If you’re looking for a fresh take on alternative rock, look no further. For those like me who grew up with the genre, the Maryland four-piece Hollowed Sky should be a welcome addition to our dwindling playlist. Their second EP Strings is a blast from the past, but it also blazes a bright future for the band. Hollowed Sky sits on the louder end of the genre, nearly bordering on hard rock. They are not afraid to shake the walls down when they mean business, but a heartfelt sincerity can be heard in the more solemn parts of a song. A careful balance that’s felt especially in Jay Orem’s dynamic vocals, which can flip through melancholy and rage with great ease.
The EP starts with the title track. Stephen Berchielli’s guitar riffs easily hooks you in and keeps you engaged as it evolves in every section, climaxing in a Tom Morello-esque solo. Their interplay with bassist Charles Rupertus is remarkable. Weaving tightly together, a testament to the many hours of jamming in the shed.
“This Hell” is a lament that’s accentuated by shrieking guitars and Joe Bradshaw’s doom-stricken drums. The song serves as a tribute to a young girl’s fight against cancer. Orem’s tone is resolute as he recounts her bravery despite the unfavorable odds: “You don’t own me, and I’m not scared.”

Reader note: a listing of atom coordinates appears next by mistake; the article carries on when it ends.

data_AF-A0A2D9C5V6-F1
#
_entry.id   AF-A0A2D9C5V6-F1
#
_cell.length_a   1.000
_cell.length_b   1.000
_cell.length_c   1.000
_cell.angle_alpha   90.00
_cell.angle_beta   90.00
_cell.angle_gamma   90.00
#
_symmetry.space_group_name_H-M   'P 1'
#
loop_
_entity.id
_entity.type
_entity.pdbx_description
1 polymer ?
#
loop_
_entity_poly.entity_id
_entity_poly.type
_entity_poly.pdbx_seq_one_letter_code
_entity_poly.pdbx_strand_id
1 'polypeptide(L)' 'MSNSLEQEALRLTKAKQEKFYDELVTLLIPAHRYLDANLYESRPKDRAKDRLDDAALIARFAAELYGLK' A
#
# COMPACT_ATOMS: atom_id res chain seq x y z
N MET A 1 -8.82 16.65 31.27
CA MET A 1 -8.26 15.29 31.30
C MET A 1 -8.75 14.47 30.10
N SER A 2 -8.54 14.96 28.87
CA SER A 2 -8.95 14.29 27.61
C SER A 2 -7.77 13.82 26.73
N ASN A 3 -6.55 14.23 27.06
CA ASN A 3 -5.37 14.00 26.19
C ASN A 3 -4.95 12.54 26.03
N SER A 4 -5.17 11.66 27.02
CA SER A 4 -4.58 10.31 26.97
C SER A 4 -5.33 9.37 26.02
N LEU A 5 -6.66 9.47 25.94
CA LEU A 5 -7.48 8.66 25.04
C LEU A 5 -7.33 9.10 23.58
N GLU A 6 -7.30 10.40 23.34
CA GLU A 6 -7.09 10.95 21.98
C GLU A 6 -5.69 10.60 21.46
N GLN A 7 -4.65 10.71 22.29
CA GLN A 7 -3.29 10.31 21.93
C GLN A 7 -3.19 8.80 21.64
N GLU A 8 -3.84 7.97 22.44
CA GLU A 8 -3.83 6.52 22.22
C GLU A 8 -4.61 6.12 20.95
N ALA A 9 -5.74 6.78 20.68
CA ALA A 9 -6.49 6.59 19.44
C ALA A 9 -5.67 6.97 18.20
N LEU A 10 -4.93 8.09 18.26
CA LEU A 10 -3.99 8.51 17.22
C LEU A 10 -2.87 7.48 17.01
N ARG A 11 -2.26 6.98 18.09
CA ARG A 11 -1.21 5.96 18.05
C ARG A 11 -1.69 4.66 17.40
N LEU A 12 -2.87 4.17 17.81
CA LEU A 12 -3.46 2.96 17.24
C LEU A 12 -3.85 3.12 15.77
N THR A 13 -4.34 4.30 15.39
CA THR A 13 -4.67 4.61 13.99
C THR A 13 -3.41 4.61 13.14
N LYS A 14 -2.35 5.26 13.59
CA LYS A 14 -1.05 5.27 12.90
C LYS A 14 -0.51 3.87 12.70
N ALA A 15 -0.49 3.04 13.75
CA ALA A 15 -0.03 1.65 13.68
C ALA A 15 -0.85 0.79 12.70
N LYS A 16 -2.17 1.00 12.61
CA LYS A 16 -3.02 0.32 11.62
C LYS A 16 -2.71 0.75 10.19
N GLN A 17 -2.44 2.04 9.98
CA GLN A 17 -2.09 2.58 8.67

“Bleeding Out” is where Jay Orem’s vocal style shines at its best. And the band knows it, giving him enough space to breathe in between falsetto croons and pounding belts. You can hear shades of Brandon Boyd’s tone in him, as well as his versatility in range. Always managing to keep it loud and full in between melodic riffs.
The closer “Baltimore” is filled with composed anger and conviction. A song that details the greed and corruption of politicians at the expense of its citizens. Screeching riffs and heavy distortion fills every space, carried by the thundering of drums, reflecting in the band’s pent up rage and frustration.
One thing that jumped out to me on repeat listens was that Hollowed Sky sounded familiar. I could name a few bands like Tool and Incubus and Nirvana, but none of that hits it on the head. The band has its own brew going on, it borrows a lot from its influences but still manages to put their signature spin on it. Strings is a tightly spun album and a clear indication that the band is coming up with its own identity. The only thing I would have wanted was a better production quality, since the DIY quality of the mix seems muddy in places. Still, I’m confident that it’s only a matter of time before the band figures it out and I can’t wait to hear more.
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